I am alone and I hear someone coming up behind me. That’s not unusual: as I said, other runners often catch up to me and pass. But this person just stays there, slightly behind me. I turn to look at him or her.

There is no one there.

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It’s happened before—in Denver at Christmas, for instance. I think it’s an illusion of sound slightly muffled by my hooded sweatshirt; maybe it’s my own footfalls that I hear, maybe the rattle of my keys. Whatever it is, I first think that someone has come up behind me, and then that that someone is about to pass me but never does. Then I look, and I’m alone.

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  1. S. Eliot has these lines in “The Waste Land”: Who is the third who walks always beside you? / When I count, there are only you and I together / But when I look ahead up the white road / There is always another one walking beside you / Gliding wrapt in a brown mantle, hooded / I do not know whether a man or a woman / -But who is that on the other side of you?

In a note, Eliot remarks upon reading accounts of Antarctic explorers who kept over-counting how many there were in their party. We might also think of the two disciples in Luke 24: it’s after the resurrection, but they don’t know of the resurrection yet. They’re walking home, saddened by the tragic events in Jerusalem, when Jesus comes up beside them. They do not know it is Jesus.

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You might be walking with me, or with someone else. You’re going along, and suddenly the Other One is with you. Where did he come from? How is it that he’s beside you? I don’t know, but I do know that I’m glad he’s there.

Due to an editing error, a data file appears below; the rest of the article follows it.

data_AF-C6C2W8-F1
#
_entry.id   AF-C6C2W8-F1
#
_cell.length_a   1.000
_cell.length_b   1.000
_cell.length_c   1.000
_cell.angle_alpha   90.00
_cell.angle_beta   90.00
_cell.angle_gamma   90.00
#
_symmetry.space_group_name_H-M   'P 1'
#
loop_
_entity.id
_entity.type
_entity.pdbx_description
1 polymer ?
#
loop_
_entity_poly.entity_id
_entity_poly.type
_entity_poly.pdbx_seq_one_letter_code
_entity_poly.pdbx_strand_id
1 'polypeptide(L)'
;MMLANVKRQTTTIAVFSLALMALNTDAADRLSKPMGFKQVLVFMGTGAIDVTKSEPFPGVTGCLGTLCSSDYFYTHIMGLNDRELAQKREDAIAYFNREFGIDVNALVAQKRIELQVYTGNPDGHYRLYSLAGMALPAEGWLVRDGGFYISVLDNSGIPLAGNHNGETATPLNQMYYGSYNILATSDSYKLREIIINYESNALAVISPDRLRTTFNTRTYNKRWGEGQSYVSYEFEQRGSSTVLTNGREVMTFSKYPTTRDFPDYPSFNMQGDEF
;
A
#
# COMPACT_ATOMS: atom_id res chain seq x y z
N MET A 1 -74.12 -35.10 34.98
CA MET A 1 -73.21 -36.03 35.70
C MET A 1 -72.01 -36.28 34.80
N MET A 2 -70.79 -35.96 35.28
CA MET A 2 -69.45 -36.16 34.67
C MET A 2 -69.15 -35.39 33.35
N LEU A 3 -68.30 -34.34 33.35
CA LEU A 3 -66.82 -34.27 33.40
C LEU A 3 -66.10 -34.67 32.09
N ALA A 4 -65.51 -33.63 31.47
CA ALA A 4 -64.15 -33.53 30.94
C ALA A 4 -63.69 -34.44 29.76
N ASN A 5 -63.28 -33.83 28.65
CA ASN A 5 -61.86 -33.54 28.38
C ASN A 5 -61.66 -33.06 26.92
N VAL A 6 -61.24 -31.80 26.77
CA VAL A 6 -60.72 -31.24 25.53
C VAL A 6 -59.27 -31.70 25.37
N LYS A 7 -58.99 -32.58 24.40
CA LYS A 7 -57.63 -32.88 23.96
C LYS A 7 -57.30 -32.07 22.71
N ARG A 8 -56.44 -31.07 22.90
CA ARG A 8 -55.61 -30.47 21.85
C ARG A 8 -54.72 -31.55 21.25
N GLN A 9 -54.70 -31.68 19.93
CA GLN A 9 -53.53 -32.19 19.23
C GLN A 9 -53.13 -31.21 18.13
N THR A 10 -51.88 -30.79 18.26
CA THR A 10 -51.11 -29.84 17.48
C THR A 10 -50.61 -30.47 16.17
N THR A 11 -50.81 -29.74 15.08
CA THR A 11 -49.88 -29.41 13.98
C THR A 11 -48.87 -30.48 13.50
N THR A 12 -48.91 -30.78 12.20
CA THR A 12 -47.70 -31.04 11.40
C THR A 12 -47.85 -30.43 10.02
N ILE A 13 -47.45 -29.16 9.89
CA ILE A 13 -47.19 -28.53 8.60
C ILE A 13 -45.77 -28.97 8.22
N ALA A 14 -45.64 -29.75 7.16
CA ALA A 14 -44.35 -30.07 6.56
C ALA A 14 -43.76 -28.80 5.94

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Out & About. Wed., Jan. 30, is the first session of a three-credit Nashotah House course that I’m teaching in Dallas. Any one interested in a seminary-level course in “Christian Theological Anthropology” (Christian teaching about the human being) is welcome to join. You have to sign up through Nashotah; I will be glad to provide a syllabus and a link with instructions. We’ll meet on Wednesdays from 6:30 to 9 p.m. through early May.

The weekend of Feb. 2 and 3 I will be preaching at All Souls’ Church in Oklahoma City. Their Eucharists are Saturday at 5:30, and Sunday at 8 and 10 a.m.

Sunday, Feb. 10, I’ll lead a discussion on Marilynne Robinson’s novel Gilead. If you haven’t read this, it is at once powerful and simple, full of frontier American faith and questions of morals and tradition and family and friends. The seminar, part of the Good Books & Good Talk series, meets at 6 p.m. at Incarnation in Dallas.

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The Rev. Canon Dr. Victor Lee Austin is the Theologian-in-Residence for the diocese and is the author of several books including, "Losing Susan: Brain Disease, the Priest's Wife, and the God who Gives and Takes Away."